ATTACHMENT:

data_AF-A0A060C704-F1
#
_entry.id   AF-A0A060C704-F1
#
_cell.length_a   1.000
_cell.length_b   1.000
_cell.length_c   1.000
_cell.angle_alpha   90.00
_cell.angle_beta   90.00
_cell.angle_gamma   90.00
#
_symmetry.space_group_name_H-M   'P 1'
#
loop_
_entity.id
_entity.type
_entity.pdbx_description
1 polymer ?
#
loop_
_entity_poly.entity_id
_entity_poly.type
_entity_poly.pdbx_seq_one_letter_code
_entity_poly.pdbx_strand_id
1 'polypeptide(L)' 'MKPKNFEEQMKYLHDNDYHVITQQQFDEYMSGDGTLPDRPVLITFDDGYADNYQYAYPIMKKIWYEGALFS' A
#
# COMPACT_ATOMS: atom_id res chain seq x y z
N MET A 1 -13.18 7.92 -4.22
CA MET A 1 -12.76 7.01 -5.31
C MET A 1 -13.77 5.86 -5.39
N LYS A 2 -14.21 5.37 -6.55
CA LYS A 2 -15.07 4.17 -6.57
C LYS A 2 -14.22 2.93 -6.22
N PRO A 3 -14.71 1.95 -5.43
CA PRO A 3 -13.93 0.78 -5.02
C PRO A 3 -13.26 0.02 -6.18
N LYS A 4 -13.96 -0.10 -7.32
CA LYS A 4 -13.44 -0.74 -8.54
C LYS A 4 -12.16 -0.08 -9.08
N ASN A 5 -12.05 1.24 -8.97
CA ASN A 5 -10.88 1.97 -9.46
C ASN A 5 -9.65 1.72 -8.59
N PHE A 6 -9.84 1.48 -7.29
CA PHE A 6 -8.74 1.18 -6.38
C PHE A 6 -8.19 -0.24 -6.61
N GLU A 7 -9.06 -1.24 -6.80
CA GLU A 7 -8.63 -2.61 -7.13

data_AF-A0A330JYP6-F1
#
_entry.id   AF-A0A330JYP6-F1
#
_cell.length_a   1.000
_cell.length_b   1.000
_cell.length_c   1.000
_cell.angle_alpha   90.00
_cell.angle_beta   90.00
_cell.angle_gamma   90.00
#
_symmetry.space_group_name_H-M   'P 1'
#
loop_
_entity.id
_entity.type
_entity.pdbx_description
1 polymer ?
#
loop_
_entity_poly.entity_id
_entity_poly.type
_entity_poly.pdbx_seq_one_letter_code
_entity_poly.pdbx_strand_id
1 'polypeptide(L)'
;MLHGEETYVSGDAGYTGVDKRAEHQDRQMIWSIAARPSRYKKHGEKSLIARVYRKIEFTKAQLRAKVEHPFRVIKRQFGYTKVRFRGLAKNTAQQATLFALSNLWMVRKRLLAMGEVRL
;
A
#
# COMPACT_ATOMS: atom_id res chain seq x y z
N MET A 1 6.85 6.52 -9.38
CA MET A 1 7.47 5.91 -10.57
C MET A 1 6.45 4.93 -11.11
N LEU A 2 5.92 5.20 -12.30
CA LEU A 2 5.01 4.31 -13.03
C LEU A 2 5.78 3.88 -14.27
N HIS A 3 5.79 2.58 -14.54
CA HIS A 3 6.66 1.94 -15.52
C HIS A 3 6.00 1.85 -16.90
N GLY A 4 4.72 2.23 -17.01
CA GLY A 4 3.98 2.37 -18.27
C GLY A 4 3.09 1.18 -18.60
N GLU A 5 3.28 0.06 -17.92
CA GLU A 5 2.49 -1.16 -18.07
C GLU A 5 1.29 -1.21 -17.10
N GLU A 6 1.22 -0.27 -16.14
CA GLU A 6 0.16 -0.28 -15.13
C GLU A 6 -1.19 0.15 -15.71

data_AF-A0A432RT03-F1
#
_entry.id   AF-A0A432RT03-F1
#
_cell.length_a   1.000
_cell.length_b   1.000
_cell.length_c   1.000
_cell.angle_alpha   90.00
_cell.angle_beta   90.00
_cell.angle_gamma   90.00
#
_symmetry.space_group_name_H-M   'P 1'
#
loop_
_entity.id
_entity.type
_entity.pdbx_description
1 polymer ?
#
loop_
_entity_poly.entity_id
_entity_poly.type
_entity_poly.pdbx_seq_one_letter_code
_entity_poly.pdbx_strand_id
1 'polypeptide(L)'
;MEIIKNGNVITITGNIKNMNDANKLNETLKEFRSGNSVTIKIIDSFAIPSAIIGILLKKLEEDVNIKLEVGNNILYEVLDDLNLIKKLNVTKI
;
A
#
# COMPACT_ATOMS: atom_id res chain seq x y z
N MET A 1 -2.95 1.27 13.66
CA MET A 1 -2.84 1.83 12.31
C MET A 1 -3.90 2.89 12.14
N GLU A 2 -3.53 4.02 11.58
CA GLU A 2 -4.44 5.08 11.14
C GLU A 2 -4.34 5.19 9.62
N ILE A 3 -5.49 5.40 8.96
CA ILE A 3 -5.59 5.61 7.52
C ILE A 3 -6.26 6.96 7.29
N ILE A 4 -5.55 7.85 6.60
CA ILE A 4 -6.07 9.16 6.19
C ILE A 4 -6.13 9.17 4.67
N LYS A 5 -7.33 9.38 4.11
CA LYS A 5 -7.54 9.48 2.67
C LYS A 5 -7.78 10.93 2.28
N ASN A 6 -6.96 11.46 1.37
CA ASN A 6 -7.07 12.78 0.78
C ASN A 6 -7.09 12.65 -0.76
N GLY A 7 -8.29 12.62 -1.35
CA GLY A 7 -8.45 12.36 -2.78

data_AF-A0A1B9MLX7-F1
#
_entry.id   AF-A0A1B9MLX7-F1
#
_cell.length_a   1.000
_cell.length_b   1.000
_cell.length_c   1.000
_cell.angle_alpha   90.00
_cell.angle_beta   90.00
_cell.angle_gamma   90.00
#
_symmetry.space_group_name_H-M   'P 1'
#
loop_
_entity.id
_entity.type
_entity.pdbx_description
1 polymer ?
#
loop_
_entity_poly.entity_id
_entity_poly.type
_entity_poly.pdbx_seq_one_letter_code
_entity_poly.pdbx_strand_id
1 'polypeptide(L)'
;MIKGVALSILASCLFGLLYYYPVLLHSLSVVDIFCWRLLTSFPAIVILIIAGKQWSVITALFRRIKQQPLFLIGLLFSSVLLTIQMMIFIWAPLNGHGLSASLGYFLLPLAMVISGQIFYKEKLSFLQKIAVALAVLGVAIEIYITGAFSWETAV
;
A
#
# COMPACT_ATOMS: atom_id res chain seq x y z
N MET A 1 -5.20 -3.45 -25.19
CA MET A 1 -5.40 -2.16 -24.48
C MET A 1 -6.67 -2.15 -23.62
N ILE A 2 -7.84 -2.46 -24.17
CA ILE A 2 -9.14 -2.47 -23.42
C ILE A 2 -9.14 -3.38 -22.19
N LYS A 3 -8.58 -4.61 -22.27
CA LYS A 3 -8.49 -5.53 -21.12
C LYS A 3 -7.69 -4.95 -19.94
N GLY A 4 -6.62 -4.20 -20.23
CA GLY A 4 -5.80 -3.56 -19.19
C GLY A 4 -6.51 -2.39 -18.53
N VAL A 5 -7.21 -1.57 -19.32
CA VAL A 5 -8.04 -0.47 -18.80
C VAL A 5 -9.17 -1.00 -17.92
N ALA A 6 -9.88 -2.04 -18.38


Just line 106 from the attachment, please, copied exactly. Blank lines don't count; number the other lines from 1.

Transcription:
#